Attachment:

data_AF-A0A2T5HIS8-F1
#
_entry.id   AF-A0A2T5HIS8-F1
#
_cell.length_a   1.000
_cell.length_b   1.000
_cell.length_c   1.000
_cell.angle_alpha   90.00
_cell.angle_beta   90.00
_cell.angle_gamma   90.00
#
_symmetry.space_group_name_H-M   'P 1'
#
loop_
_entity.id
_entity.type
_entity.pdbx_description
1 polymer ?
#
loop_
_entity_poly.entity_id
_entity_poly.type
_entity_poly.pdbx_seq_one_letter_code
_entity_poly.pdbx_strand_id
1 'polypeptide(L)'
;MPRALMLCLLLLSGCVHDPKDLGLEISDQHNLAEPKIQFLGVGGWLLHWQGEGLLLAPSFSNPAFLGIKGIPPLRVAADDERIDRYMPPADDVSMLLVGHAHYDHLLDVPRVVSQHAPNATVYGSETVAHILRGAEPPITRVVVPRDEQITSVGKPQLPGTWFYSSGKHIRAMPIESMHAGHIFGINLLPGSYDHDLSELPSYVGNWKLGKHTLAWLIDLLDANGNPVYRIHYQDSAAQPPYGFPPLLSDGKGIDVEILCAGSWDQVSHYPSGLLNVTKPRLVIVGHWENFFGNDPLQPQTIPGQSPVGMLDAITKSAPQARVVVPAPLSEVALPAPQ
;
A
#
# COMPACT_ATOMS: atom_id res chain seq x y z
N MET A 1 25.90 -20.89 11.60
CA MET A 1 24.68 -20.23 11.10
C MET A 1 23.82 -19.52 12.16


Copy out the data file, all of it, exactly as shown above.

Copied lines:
data_AF-A0A2T5HIS8-F1
#
_entry.id   AF-A0A2T5HIS8-F1
#
_cell.length_a   1.000
_cell.length_b   1.000
_cell.length_c   1.000
_cell.angle_alpha   90.00
_cell.angle_beta   90.00
_cell.angle_gamma   90.00
#
_symmetry.space_group_name_H-M   'P 1'
#
loop_
_entity.id
_entity.type
_entity.pdbx_description
1 polymer ?
#
loop_
_entity_poly.entity_id
_entity_poly.type
_entity_poly.pdbx_seq_one_letter_code
_entity_poly.pdbx_strand_id
1 'polypeptide(L)'
;MPRALMLCLLLLSGCVHDPKDLGLEISDQHNLAEPKIQFLGVGGWLLHWQGEGLLLAPSFSNPAFLGIKGIPPLRVAADDERIDRYMPPADDVSMLLVGHAHYDHLLDVPRVVSQHAPNATVYGSETVAHILRGAEPPITRVVVPRDEQITSVGKPQLPGTWFYSSGKHIRAMPIESMHAGHIFGINLLPGSYDHDLSELPSYVGNWKLGKHTLAWLIDLLDANGNPVYRIHYQDSAAQPPYGFPPLLSDGKGIDVEILCAGSWDQVSHYPSGLLNVTKPRLVIVGHWENFFGNDPLQPQTIPGQSPVGMLDAITKSAPQARVVVPAPLSEVALPAPQ
;
A
#
# COMPACT_ATOMS: atom_id res chain seq x y z
N MET A 1 25.90 -20.89 11.60
CA MET A 1 24.68 -20.23 11.10
C MET A 1 23.82 -19.52 12.16